With Arch, if you want just a Web server, you can install Apache and the other components and libraries that you need, and leave out desktop-related stuff. If you want to use your Arch computer as a jukebox, add MPlayer and a codec package that plays most popular formats, and leave out the rest. If you want to use Arch as your daily-use bleeding-edge desktop, install the latest KDE, 3-D compositing manager, and your favorite desktop applications.
Once again, this might sound daunting, but thanks to Pacman it really isn't. The install guide covers installing everything from an ALSA sound server to the X server to your favorite desktop environments. There's really nothing to it. For example, the command pacman -S firefox mplayer mplayer-plugin codecs flashplugin will install the latest Firefox browser, along with the Flash plugin, and the audio/video player MPlayer and its browser plugin along with codecs. Since Arch Linux is a rolling release, which means its releases aren't separated into different branches or versions and new packages are simply added to the existing repository, you can update the entire system with a simple pacman -Syu command.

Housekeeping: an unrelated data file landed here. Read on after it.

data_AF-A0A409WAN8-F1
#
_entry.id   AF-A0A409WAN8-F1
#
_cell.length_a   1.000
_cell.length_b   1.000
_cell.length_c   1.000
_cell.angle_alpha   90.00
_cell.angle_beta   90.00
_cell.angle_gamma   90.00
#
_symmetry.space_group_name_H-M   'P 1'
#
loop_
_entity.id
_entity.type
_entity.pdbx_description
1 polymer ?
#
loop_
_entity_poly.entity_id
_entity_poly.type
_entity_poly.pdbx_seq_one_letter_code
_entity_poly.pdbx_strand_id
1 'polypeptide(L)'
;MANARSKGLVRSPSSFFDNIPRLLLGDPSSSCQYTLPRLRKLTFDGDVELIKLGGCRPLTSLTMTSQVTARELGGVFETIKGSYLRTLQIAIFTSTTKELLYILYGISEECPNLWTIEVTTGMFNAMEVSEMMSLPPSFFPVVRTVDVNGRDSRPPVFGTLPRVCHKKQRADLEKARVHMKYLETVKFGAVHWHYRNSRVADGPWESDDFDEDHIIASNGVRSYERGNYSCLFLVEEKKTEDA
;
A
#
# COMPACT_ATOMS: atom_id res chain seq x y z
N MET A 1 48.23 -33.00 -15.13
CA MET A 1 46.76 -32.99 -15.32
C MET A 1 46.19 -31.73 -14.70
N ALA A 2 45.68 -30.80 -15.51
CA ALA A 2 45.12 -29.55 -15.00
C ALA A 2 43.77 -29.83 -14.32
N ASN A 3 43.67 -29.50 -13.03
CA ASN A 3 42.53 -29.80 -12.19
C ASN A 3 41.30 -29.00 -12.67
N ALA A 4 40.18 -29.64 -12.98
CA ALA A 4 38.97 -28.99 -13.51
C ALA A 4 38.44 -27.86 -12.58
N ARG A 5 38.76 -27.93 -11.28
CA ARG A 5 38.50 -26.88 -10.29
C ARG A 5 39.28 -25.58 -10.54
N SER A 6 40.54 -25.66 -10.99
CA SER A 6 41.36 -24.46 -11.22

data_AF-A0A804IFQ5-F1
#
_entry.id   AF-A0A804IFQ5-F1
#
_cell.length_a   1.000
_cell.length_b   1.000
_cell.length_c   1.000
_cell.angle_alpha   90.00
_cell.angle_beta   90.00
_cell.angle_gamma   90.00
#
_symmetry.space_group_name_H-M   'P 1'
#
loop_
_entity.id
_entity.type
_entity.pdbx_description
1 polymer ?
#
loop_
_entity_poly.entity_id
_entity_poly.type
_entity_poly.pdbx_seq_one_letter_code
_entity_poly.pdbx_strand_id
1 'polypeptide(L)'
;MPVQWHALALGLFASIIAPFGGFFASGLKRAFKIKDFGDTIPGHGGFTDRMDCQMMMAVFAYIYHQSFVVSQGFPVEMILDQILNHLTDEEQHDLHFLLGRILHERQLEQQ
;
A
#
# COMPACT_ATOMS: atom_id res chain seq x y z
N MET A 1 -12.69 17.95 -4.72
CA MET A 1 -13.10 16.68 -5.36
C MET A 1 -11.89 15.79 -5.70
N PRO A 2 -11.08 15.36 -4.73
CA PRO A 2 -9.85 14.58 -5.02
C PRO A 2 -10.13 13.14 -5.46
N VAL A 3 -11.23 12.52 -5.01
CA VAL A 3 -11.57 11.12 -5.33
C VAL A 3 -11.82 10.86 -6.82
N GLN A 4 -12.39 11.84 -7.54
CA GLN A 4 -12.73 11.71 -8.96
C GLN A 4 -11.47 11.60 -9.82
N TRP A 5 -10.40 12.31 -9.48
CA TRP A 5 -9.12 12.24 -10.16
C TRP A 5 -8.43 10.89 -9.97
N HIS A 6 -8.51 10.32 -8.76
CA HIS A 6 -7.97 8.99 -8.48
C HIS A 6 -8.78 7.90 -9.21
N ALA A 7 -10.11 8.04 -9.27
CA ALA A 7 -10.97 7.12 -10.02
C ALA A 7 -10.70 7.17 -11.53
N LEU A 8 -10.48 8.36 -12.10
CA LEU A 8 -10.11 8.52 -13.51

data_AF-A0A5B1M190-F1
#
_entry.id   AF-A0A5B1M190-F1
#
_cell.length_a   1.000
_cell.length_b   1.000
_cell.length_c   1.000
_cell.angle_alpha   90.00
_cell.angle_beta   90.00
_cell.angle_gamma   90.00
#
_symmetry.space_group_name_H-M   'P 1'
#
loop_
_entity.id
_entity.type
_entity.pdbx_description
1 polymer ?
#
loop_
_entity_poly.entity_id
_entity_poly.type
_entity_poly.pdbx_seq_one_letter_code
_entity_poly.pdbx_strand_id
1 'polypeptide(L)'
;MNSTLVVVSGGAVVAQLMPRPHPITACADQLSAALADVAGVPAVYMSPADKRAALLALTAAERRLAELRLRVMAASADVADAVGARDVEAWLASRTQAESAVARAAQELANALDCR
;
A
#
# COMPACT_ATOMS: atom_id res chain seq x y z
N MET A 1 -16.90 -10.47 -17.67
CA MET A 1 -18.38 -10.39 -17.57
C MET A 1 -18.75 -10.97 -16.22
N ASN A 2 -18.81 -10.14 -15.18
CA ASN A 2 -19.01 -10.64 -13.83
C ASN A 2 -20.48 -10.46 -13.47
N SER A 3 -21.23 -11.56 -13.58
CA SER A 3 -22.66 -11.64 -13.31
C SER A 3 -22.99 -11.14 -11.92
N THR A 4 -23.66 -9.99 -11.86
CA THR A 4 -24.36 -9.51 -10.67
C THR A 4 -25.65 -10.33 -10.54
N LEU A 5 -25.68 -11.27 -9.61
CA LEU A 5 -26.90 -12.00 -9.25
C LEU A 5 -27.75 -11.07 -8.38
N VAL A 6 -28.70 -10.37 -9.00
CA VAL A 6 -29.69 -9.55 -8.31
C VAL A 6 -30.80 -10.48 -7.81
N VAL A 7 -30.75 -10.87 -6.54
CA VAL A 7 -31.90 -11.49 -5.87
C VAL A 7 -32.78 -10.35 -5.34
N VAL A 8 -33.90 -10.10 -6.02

I installed Arch Linux both via a CD-ROM and one of its FTP mirrors on a 2.0GHz E4400 Core 2 Duo desktop with 1GB RAM and a wired Ethernet card. The network adapter was detected and configured via DHCP. After installing the base packages I followed the install guide to setup a basic Xfce system and then one with KDEmod, a modular and tweaked version of KDE optimized for Arch Linux. I installed the unstable branch of KDEmod, which is based on KDE 4.1.
The best thing about Pacman is that it installs only what I ask it to. For example, it allows me the freedom to install just the KSnapshot program instead of the complete KDE graphics package. So I not only end up saving disk space, but also get bloat-free, ligtening-fast performance. The Arch Linux 2008.06 install boots and drops me to the KDE desktop in less than 20 seconds, and all apps launch almost instantaneously.
Arch Linux is a distro designed for users who like to be in control of what apps are installed on their systems. Unlike other distros with similar objectives, Arch doesn't sacrifice ease of use completely. It uses BSD-style init scripts, which eases configuration tasks, and a dependency-resolving package manager that helps keep the system updated. All in all, Arch is a nice distro for users who wish to learn about Linux and mold their Linux systems without breaking into a sweat.